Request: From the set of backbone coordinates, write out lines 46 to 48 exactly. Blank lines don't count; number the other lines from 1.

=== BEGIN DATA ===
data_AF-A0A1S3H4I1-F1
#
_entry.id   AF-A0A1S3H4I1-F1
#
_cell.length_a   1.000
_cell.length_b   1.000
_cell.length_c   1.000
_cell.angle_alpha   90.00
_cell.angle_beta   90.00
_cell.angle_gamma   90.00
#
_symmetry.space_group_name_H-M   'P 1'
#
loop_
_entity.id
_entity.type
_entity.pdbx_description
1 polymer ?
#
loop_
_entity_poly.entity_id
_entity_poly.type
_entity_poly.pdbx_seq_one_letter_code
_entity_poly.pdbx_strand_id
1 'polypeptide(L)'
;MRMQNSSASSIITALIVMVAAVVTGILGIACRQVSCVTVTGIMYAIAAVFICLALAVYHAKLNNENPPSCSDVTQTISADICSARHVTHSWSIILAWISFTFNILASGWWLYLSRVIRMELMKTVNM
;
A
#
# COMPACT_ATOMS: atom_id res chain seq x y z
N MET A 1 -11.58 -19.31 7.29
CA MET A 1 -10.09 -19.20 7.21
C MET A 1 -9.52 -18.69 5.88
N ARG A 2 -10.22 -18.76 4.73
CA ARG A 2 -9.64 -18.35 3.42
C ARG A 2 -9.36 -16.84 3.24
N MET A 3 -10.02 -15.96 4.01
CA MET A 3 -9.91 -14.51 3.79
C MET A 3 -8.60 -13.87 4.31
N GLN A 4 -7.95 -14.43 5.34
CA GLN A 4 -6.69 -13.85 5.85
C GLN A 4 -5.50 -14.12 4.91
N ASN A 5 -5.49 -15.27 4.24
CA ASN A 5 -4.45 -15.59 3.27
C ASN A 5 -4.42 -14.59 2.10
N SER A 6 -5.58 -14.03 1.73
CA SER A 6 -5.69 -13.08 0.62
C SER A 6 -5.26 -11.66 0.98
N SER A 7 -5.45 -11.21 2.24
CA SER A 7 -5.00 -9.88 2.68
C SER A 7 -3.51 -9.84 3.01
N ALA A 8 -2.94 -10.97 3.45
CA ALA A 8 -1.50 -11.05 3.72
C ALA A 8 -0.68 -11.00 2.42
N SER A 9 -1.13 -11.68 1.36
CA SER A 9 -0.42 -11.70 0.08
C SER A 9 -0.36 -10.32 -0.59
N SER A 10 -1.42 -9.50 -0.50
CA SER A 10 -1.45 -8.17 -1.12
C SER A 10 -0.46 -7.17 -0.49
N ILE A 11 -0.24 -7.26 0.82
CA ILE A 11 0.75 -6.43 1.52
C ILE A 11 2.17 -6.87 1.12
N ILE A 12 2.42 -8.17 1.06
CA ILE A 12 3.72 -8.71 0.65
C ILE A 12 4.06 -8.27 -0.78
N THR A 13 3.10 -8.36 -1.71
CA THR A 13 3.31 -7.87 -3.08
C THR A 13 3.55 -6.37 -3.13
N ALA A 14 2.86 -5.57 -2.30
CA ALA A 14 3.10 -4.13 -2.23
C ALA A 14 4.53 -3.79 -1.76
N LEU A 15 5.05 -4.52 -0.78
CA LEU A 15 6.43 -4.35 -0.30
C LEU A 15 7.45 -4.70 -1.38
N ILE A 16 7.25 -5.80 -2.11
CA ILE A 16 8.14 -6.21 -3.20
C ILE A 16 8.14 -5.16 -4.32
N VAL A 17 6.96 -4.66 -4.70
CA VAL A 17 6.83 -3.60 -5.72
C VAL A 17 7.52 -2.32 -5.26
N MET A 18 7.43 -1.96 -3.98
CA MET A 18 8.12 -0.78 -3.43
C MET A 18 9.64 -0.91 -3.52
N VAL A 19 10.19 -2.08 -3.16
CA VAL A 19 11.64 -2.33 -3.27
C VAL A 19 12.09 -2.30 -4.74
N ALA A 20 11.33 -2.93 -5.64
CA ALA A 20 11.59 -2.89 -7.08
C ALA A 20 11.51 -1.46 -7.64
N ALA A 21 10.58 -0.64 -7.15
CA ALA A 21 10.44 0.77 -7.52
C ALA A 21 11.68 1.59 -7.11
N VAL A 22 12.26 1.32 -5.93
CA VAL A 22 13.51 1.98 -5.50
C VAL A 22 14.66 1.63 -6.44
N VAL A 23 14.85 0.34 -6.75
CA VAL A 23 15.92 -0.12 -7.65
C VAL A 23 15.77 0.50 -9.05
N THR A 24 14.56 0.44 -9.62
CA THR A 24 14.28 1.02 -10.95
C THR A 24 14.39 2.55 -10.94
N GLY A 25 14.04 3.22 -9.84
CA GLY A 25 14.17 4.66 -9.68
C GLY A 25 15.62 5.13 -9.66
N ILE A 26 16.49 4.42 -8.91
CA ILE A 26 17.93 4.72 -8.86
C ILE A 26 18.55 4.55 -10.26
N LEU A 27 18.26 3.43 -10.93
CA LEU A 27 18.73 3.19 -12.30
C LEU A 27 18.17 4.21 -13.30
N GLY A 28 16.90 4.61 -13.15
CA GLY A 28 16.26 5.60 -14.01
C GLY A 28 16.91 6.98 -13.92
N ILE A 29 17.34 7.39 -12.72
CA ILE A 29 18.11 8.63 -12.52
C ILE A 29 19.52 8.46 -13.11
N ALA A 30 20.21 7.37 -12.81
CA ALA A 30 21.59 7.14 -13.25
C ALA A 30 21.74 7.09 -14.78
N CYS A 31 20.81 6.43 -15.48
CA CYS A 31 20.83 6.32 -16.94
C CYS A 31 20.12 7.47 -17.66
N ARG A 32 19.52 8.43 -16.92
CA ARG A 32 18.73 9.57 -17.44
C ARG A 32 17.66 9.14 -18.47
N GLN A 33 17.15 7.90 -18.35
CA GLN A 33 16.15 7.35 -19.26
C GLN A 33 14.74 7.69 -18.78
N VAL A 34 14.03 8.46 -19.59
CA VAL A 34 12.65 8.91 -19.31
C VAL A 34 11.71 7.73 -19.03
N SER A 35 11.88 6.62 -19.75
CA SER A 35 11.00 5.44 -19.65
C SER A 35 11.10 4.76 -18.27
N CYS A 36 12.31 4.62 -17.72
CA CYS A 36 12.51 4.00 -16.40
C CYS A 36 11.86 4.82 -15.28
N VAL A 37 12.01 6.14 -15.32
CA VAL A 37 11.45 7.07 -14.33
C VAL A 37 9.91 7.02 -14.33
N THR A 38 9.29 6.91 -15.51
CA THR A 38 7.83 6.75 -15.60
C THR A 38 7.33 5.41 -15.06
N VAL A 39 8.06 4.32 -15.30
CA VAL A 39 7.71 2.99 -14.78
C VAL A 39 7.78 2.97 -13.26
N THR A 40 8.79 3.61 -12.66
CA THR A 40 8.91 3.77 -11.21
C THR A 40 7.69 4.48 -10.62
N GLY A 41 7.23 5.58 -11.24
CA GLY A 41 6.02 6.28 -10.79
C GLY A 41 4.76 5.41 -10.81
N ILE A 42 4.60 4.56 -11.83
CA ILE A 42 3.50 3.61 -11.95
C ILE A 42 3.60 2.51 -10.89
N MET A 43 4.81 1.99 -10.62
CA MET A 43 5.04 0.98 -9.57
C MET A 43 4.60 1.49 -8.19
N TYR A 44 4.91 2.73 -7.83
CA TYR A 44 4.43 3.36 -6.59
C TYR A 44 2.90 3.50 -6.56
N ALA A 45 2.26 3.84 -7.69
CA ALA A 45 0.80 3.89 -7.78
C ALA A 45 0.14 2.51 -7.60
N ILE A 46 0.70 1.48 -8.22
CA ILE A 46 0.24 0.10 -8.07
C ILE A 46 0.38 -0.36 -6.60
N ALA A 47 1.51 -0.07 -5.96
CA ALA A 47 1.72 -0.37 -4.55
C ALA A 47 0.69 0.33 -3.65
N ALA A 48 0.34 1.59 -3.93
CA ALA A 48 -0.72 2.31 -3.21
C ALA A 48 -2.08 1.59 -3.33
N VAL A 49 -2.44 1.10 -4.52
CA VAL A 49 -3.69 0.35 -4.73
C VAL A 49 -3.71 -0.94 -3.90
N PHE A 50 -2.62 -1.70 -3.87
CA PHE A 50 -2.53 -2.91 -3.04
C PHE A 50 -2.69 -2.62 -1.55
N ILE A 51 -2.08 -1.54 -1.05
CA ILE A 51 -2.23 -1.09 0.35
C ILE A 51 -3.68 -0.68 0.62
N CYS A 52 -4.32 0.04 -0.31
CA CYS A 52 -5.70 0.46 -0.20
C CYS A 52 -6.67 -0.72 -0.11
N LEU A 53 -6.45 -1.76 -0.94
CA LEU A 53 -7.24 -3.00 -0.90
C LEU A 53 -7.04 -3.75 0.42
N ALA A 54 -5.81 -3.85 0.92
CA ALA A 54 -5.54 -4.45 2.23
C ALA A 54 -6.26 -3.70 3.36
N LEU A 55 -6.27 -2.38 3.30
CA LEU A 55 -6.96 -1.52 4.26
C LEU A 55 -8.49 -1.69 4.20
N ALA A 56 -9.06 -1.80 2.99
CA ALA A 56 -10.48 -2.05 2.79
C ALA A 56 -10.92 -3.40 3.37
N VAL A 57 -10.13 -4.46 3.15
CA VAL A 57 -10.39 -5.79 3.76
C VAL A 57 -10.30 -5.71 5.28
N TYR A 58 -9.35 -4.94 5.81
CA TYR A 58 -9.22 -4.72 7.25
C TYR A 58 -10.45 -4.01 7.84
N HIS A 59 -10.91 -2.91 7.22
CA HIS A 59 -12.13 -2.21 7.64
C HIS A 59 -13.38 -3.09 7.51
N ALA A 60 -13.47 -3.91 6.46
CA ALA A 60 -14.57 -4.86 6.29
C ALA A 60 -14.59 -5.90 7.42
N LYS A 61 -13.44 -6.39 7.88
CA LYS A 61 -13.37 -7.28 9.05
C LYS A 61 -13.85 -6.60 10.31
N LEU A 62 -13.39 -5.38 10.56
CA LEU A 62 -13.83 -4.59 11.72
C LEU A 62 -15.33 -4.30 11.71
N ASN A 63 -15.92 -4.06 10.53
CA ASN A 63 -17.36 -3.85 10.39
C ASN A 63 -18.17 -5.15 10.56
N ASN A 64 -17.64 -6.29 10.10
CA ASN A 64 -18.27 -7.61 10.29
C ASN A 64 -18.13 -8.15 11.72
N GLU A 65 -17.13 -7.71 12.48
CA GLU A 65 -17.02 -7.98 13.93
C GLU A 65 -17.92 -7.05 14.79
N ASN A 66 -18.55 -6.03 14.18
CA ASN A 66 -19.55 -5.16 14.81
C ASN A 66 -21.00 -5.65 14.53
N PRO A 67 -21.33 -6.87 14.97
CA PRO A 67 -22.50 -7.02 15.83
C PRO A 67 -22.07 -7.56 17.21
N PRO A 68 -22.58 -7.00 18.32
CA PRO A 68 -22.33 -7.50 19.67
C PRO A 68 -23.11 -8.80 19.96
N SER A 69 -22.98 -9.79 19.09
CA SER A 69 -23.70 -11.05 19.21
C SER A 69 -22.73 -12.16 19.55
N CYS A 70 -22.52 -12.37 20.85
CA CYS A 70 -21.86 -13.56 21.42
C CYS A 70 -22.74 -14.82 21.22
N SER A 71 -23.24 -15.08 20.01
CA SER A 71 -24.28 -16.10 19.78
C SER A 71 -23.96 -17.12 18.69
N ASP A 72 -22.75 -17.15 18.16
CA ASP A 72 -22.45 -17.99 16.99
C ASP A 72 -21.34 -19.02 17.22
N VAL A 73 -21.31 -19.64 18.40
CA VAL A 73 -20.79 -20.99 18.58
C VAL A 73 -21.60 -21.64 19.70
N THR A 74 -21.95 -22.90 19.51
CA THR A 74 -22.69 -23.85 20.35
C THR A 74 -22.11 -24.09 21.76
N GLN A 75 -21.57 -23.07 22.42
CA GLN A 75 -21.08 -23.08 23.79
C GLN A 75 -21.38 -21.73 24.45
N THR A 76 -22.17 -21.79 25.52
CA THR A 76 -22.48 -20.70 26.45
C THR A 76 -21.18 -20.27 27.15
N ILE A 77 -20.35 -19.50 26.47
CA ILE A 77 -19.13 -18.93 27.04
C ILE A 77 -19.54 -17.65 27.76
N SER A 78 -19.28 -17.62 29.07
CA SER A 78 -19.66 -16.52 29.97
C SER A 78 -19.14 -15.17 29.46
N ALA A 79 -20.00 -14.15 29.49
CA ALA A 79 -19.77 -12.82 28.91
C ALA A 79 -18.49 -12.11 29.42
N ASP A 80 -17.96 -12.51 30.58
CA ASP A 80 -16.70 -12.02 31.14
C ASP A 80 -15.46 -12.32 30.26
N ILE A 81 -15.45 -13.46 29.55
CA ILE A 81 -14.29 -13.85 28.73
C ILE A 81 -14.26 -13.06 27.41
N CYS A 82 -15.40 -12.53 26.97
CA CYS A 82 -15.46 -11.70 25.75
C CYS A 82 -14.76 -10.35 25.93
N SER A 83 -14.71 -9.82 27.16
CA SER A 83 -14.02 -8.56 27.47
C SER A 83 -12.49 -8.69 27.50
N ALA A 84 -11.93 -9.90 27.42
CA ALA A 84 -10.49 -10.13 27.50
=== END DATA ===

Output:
N SER A 6 -5.58 -14.03 1.73
CA SER A 6 -5.69 -13.08 0.62
C SER A 6 -5.26 -11.66 0.98